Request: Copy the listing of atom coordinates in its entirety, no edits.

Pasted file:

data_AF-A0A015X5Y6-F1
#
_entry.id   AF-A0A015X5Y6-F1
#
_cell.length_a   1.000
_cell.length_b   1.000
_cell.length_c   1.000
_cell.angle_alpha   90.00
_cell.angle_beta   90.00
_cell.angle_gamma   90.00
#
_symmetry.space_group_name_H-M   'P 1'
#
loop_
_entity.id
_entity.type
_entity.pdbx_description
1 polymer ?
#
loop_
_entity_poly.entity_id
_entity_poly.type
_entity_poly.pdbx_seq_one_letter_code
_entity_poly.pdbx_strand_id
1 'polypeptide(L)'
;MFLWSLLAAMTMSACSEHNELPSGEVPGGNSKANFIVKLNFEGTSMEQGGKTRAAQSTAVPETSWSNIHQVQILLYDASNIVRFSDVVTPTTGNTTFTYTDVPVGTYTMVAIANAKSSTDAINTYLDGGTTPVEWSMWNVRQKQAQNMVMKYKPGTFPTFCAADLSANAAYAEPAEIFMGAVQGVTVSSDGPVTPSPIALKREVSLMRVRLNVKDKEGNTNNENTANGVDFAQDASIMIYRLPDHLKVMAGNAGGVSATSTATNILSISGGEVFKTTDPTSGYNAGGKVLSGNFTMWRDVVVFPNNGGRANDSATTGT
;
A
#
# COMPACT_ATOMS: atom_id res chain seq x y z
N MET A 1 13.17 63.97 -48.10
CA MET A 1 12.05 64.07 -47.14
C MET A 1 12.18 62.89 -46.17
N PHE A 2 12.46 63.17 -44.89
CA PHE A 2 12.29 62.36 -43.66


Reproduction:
data_AF-A0A015X5Y6-F1
#
_entry.id   AF-A0A015X5Y6-F1
#
_cell.length_a   1.000
_cell.length_b   1.000
_cell.length_c   1.000
_cell.angle_alpha   90.00
_cell.angle_beta   90.00
_cell.angle_gamma   90.00
#
_symmetry.space_group_name_H-M   'P 1'
#
loop_
_entity.id
_entity.type
_entity.pdbx_description
1 polymer ?
#
loop_
_entity_poly.entity_id
_entity_poly.type
_entity_poly.pdbx_seq_one_letter_code
_entity_poly.pdbx_strand_id
1 'polypeptide(L)'
;MFLWSLLAAMTMSACSEHNELPSGEVPGGNSKANFIVKLNFEGTSMEQGGKTRAAQSTAVPETSWSNIHQVQILLYDASNIVRFSDVVTPTTGNTTFTYTDVPVGTYTMVAIANAKSSTDAINTYLDGGTTPVEWSMWNVRQKQAQNMVMKYKPGTFPTFCAADLSANAAYAEPAEIFMGAVQGVTVSSDGPVTPSPIALKREVSLMRVRLNVKDKEGNTNNENTANGVDFAQDASIMIYRLPDHLKVMAGNAGGVSATSTATNILSISGGEVFKTTDPTSGYNAGGKVLSGNFTMWRDVVVFPNNGGRANDSATTGT
;
A
#
# COMPACT_ATOMS: atom_id res chain seq x y z
N MET A 1 13.17 63.97 -48.10
CA MET A 1 12.05 64.07 -47.14
C MET A 1 12.18 62.89 -46.17
N PHE A 2 12.46 63.17 -44.89
CA PHE A 2 12.29 62.36 -43.66